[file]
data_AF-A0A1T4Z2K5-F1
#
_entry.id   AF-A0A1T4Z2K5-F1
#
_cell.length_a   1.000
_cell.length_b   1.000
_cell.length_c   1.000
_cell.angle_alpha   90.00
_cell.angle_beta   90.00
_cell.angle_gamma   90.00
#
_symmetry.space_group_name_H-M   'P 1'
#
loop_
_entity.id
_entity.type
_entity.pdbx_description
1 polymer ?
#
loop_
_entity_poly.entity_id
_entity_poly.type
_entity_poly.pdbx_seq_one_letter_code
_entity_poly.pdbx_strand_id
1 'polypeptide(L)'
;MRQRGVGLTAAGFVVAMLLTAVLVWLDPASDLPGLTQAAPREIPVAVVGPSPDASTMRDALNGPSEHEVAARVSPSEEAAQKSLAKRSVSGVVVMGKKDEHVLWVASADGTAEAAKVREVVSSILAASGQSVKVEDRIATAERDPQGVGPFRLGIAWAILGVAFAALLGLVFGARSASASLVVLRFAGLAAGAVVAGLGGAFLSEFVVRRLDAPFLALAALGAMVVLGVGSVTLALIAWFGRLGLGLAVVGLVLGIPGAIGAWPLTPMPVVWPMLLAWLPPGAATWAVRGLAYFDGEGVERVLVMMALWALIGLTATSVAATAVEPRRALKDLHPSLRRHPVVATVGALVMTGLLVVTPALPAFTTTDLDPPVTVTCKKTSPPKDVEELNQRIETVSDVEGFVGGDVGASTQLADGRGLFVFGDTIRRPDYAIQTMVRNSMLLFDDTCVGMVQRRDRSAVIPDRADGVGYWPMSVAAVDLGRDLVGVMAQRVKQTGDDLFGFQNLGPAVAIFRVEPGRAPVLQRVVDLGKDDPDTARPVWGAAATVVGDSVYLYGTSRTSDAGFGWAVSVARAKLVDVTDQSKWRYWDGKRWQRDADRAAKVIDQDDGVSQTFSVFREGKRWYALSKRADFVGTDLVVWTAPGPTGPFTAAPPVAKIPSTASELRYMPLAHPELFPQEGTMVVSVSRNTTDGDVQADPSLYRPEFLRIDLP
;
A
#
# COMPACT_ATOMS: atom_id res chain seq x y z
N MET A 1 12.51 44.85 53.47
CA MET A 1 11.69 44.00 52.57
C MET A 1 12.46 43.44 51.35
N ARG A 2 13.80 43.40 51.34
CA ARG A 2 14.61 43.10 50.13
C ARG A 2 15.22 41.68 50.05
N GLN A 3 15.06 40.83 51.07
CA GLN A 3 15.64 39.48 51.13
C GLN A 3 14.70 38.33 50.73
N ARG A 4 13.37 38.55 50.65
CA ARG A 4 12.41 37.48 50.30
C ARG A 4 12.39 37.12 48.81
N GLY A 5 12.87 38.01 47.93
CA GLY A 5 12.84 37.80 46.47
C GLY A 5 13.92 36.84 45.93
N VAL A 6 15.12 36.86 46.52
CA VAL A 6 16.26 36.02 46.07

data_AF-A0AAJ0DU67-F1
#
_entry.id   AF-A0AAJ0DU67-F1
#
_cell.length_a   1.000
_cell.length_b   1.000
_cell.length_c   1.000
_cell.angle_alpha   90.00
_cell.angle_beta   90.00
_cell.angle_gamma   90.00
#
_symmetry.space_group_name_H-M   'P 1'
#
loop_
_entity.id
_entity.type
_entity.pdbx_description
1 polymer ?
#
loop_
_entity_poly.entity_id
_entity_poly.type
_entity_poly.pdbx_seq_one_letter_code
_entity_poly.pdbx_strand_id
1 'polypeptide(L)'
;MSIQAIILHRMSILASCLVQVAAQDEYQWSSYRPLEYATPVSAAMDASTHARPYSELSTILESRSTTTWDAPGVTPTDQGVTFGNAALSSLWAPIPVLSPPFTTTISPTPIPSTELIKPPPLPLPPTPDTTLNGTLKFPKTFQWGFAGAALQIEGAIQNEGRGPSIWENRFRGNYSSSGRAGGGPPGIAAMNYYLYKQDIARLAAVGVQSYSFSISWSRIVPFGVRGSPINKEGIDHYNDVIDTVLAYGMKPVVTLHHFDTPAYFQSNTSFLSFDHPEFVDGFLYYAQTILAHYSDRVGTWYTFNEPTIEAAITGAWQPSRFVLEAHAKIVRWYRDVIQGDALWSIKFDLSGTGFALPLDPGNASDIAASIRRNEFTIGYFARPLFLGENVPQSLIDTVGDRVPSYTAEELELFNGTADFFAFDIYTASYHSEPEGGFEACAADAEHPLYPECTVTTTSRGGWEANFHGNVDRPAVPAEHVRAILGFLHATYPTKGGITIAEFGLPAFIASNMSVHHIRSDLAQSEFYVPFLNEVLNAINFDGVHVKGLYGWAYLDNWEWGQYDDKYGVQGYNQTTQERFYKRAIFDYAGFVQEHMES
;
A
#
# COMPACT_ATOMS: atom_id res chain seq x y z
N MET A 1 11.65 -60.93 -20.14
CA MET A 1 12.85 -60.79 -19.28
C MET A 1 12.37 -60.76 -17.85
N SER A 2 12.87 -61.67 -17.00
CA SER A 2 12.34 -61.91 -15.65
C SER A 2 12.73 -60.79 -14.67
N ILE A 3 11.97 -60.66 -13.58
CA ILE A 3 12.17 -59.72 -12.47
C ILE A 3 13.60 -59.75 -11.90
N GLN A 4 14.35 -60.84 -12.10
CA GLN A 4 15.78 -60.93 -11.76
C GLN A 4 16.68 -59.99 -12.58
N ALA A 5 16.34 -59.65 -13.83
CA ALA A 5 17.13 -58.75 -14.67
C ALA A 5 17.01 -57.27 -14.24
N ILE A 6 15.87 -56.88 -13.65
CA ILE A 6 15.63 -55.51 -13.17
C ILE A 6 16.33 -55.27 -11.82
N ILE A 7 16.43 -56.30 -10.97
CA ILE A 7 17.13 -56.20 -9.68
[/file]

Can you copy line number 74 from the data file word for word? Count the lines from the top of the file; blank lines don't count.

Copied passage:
;